Caution: Influencers At Work
Social media and the rise of easy access to dissemination channels for Influencers really is having a profound impact on most every aspect of our lives. Because of the nature of our industry, we tend to think of this phenomenon …
Social media and the rise of easy access to dissemination channels for Influencers really is having a profound impact on most every aspect of our lives. Because of the nature of our industry, we tend to think of this phenomenon within the context of brands and marketing (such as this recent study on Twitter users), but there are a spate of recent examples of the impact of SM-based Influencers on our industry. The latest example is the impact of SM on MR industry trade organizations.
We’ve previously reported on the burgeoning outcry on various LinkedIn groups for a new paradigm of engagement and innovation from our professional associations, with open conversations about the possibility of a new trade body to help support the industry during this time of transformation. Well, this week we discovered that we had been heard!
Yesterday, ESOMAR took the bull by the horns by posting a new discussion on their LinkedIn Group: We are listening. Erika H., the Strategic Corporate Communications Manager at ESOMAR posted this in direct response to posts on other LinkedIn groups. In the thread she states that:
What ESOMAR really wants is to have dialogue with our members and MR professionals globally. Our increased contact with local MR communities has been extremely beneficial in helping us to gain better insight into what is relevant to those markets and how that plays into global MR interests. Social media is another means of helping us to do that – to listen and provide services that are relevant. I really hope to see some good suggestions and constructive advice coming from here or via or suggestions email. At the end of the day, we are the sum of our members….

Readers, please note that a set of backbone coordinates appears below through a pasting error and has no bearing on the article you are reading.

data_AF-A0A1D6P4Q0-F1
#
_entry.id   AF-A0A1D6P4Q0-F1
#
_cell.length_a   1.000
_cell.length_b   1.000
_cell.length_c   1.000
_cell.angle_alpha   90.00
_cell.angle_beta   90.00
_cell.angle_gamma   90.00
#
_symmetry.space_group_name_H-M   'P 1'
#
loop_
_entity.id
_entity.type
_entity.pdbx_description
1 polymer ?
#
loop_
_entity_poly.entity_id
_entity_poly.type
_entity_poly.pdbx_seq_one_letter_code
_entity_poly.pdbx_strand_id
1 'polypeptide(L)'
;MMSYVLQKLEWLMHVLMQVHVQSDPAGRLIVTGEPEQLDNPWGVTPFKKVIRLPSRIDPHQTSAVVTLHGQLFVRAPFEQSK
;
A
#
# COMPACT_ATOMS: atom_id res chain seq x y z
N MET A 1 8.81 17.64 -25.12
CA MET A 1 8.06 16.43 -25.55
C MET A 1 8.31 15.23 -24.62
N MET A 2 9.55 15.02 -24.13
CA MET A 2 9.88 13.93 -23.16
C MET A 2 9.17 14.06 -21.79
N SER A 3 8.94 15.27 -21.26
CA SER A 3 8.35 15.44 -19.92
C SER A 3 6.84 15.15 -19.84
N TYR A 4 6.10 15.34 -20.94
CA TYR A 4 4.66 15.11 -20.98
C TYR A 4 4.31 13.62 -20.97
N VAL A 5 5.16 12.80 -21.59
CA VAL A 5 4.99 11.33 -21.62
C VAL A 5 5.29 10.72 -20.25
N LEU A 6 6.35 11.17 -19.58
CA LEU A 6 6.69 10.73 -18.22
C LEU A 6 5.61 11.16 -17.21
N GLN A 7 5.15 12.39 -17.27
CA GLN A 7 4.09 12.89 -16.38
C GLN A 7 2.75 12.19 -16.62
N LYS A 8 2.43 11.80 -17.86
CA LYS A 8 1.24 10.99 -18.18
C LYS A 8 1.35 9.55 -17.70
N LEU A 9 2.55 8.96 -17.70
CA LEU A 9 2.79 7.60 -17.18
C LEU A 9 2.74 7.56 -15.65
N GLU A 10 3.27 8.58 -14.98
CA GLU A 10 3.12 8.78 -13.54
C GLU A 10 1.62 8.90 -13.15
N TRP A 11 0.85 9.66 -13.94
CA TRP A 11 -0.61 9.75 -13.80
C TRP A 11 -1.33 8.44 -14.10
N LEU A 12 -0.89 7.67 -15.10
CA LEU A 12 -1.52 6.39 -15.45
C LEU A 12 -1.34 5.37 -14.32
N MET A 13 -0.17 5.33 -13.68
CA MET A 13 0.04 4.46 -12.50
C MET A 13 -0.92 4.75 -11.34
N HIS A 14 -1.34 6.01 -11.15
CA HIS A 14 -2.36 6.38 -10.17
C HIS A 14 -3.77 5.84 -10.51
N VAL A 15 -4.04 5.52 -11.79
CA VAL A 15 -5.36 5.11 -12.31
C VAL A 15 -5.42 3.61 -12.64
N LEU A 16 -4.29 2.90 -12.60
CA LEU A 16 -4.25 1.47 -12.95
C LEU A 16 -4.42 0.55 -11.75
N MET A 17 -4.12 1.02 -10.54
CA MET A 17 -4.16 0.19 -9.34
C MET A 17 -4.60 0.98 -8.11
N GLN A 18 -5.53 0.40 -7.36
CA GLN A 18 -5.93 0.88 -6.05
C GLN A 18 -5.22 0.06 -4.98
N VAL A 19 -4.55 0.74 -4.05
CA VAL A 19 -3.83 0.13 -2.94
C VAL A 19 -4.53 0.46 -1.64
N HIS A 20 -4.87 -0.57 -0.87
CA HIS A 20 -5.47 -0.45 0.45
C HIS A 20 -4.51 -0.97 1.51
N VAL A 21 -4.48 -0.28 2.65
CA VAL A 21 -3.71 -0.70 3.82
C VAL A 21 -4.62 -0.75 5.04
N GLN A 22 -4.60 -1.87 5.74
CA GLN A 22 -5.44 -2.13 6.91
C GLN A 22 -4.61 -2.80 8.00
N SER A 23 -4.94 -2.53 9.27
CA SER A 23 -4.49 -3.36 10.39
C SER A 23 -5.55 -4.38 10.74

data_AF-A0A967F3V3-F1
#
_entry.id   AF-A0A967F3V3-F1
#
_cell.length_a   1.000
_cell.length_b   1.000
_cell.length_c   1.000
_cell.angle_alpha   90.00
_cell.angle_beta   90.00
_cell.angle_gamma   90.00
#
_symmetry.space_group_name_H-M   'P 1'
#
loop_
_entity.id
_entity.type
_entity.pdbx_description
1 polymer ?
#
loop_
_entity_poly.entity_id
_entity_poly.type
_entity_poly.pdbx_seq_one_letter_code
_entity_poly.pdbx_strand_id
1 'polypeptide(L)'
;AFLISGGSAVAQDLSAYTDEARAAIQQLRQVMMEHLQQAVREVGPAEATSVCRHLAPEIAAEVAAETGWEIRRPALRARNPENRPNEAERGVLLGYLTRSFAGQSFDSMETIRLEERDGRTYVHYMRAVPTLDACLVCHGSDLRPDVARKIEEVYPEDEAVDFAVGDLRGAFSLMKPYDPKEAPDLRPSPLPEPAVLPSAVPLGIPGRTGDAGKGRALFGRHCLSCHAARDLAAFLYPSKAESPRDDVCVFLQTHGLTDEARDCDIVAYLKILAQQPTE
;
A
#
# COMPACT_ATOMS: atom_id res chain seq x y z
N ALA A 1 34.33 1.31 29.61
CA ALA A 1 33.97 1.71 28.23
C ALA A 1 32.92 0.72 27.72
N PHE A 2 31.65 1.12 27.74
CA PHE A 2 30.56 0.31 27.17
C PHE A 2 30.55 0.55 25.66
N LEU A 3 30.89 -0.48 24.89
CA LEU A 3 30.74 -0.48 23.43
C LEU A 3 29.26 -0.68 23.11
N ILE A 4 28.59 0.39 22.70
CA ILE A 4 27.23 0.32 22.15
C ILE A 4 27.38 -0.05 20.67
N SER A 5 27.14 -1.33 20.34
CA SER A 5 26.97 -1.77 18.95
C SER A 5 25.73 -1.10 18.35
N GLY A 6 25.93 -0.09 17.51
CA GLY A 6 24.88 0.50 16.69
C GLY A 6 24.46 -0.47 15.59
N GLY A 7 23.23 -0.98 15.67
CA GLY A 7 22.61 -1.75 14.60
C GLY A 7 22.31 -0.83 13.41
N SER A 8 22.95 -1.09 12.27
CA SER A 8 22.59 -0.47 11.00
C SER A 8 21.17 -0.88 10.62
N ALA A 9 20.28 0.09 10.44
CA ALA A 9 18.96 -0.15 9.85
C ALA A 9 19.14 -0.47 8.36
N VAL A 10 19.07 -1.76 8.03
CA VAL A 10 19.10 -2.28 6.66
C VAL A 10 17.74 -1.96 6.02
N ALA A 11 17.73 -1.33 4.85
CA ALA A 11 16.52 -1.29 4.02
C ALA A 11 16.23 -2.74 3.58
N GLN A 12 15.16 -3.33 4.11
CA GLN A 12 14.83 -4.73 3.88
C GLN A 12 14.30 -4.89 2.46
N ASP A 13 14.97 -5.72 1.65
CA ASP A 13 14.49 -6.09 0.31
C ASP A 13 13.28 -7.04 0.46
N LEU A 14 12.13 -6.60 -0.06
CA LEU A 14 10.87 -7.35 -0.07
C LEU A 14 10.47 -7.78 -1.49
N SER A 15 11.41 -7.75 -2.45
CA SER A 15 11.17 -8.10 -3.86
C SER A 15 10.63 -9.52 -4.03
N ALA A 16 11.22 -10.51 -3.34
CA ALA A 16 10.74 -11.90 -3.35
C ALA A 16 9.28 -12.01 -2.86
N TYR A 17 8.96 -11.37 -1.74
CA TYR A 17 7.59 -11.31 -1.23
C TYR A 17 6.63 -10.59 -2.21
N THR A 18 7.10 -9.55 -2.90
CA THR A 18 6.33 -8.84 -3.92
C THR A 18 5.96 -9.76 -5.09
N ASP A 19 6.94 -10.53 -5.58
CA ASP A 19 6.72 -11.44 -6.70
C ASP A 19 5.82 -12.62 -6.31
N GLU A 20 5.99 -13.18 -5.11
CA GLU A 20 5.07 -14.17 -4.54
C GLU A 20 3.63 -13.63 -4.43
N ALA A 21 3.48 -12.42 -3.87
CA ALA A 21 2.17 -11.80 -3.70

I’m still not convinced LinkedIn is the best platform to have this dialogue, and I am aware of some fairly advanced efforts to create a new resource to provide a a more integrated system to hear the unified voice of the industry. Be that as it may, this is still a very positive step by ESOMAR.
A second development is perhaps even more intriguing. MRWeb reported on the formation of ARIA, the new ‘Americas Research Industry Alliance’ that includes the national associations for research business in nine countries in North and South America.
Alejandro Garnica, Director General in AMAI, Mexico – who has been appointed to coordinate ARIA establishment and startup – says that the remit of the alliance is to build client and public confidence in research, and to maintain industry self-regulation through collaborative effort and mutual support.
Among the issues that ARIA will focus on are standards and guidelines, education, self-regulation, emerging technologies, business management and development, and relationships with clients and research participants.
In addition, ARIA plans to encourage research associations in other countries in Central and South America to join.
This is a fantastic opportunity for an emerging organization to utilize the tools available via social media to engage with their constituencies in new and creative ways, and I hope the nascent ARIA will leverage these resources to hear the voice of the MR industry and work hard to harness the experience, creativity, and passion of it’s members to help blaze a trail into the future.
By the way, the debate on ISO seems to have been the spark that set-off this long gestating fire, which is the proper functions of debate: to drive change. I know many have been turned off by that whole topic at this point (although I think some of the memes have been funny), but I’m sure we can all agree that if it has helped to wake up our professional associations, then it has been a worthwhile use of energy!